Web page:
Taking Control of the United States’ Immigration Crisis

Immigration is a hot topic in today’s political world and for good reason. The United States has a severe problem with illegal aliens crossing its southern border. If this immigration crisis is not addressed, the country will continue to suffer, both economically and socially.
The argument I hear most commonly made in defense of illegal immigration is that it is somehow not the immigrants’ faults for illegally crossing the U.S.-Mexico border. It’s not their fault – they are simply fleeing from violence; they simply want a better life for their children; they simply want jobs – it’s not their fault.
Firstly, asylum seekers are a separate issue, as they apply for refugee status from outside of the country and are, therefore, not illegal immigrants. Secondly, all situations that result from one’s actions are undeniably one’s fault. Lastly, crossing the border without pertinent documents is a criminal offense. Therefore, illegal aliens are choosing to commit a crime; for this, they should be punished.
Right now, there are absolutely zero repercussions for being deported from the U.S. Zero. This means that when someone is considering entering the U.S. illegally, there is no apparent downside. After all, the worst thing that can happen to an illegal alien is that they end up back in their home country in the same situation in which they originally found themselves. This must change. Any system which doesn’t punish a violation of its rules is bound to be dysfunctional. The U.S.’ immigration problem will continue until a system is put in place to punish illegal aliens.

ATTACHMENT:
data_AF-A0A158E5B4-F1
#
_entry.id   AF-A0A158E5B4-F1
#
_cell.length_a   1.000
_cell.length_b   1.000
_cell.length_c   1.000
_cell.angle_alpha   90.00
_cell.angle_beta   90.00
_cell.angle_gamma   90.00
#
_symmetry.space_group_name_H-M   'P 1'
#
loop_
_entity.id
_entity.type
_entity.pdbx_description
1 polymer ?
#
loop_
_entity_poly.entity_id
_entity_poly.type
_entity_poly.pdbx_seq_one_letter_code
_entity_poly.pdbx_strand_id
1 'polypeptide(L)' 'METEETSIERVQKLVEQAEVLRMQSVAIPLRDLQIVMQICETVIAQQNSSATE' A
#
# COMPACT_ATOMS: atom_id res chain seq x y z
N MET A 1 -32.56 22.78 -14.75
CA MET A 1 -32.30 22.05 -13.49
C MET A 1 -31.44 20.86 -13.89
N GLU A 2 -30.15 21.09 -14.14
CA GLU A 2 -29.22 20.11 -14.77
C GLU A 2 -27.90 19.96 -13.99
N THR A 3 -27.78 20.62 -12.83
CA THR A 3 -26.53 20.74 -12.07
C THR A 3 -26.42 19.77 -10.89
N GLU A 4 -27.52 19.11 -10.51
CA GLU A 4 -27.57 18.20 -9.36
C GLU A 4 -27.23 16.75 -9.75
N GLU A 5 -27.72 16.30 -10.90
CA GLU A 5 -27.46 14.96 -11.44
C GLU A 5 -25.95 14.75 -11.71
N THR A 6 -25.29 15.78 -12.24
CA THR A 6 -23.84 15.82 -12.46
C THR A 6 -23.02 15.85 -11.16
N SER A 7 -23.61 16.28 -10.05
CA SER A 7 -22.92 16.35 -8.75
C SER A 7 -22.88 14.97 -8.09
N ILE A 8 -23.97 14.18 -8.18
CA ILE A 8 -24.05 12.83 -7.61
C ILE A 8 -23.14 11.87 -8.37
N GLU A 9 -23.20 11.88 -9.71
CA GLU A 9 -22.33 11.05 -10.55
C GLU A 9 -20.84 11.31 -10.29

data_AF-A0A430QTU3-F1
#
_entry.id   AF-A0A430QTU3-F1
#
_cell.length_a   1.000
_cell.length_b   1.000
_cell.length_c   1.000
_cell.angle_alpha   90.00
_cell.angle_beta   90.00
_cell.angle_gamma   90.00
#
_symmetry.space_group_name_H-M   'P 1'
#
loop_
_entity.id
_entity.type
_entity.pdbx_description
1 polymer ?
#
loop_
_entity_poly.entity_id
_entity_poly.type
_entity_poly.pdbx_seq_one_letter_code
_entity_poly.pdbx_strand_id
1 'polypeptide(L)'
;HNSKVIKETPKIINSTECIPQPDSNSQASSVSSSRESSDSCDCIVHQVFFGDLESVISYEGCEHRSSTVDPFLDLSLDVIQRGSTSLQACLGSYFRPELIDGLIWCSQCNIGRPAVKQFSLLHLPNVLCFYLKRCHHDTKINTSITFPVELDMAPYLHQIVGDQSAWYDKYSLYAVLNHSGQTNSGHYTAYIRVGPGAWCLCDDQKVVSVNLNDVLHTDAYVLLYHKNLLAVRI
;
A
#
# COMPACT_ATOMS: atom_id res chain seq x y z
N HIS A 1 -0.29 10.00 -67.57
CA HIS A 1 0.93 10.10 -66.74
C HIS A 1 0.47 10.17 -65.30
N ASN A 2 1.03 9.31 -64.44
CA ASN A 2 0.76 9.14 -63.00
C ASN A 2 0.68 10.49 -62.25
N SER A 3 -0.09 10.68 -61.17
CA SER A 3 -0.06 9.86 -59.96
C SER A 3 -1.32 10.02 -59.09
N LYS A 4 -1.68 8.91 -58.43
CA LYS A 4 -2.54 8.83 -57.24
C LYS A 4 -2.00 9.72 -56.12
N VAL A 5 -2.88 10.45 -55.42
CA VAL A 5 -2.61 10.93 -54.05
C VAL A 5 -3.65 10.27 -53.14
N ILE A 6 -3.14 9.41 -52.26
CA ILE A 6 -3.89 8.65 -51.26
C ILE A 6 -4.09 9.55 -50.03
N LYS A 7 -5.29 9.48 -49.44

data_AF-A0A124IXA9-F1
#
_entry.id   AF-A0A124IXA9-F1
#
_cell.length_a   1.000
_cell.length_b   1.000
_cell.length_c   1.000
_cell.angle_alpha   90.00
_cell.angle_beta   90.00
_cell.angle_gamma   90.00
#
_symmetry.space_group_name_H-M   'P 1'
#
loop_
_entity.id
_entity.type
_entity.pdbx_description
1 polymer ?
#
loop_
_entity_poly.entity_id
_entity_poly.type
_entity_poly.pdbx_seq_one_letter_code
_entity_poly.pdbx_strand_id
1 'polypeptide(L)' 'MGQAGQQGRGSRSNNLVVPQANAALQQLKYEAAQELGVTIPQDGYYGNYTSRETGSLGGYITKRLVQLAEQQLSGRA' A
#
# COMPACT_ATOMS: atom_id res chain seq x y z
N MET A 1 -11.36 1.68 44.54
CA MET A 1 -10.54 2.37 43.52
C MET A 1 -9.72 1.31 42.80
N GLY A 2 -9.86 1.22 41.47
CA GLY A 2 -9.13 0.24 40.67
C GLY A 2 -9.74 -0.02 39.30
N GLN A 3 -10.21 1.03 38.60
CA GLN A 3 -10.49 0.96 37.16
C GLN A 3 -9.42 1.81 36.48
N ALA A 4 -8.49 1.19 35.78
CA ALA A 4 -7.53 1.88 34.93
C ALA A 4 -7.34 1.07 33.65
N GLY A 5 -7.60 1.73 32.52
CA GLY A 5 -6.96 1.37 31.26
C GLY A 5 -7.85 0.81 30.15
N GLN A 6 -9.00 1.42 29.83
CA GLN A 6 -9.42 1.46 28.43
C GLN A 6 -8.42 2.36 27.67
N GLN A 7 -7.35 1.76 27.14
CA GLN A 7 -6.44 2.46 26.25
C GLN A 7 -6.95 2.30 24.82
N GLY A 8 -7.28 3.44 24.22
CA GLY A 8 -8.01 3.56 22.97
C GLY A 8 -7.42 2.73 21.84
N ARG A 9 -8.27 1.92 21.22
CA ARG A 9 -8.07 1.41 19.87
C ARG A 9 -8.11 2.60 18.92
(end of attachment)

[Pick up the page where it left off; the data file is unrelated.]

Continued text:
Of course, the U.S. has no jurisdiction in foreign countries and, as a result, cannot make foreign countries punish their citizens who illegally immigrated to the U.S….or can it? If proper diplomatic accords were proposed by the U.S., the immigration crisis would vanish.
The promise of a U.S. visa is a powerful incentive. The U.S. should renegotiate all of its immigration accords, requiring that any country which does not assign prison time to its citizens after they have been deported from the U.S. for illegal immigration will not be eligible for diplomatic relations with the U.S. and its citizens will no longer be able to apply for American visas. Of course, the accords would have to go both ways (the U.S. would also give prison time to Americans deported from other countries for illegal entry).
If the United States does, illegal immigration will most certainly stop, and the country will be able to issue more working visas to retain immigrants that the economy very clearly demands. After all, the U.S. was built on the backs of immigrants. Legal ones, that is.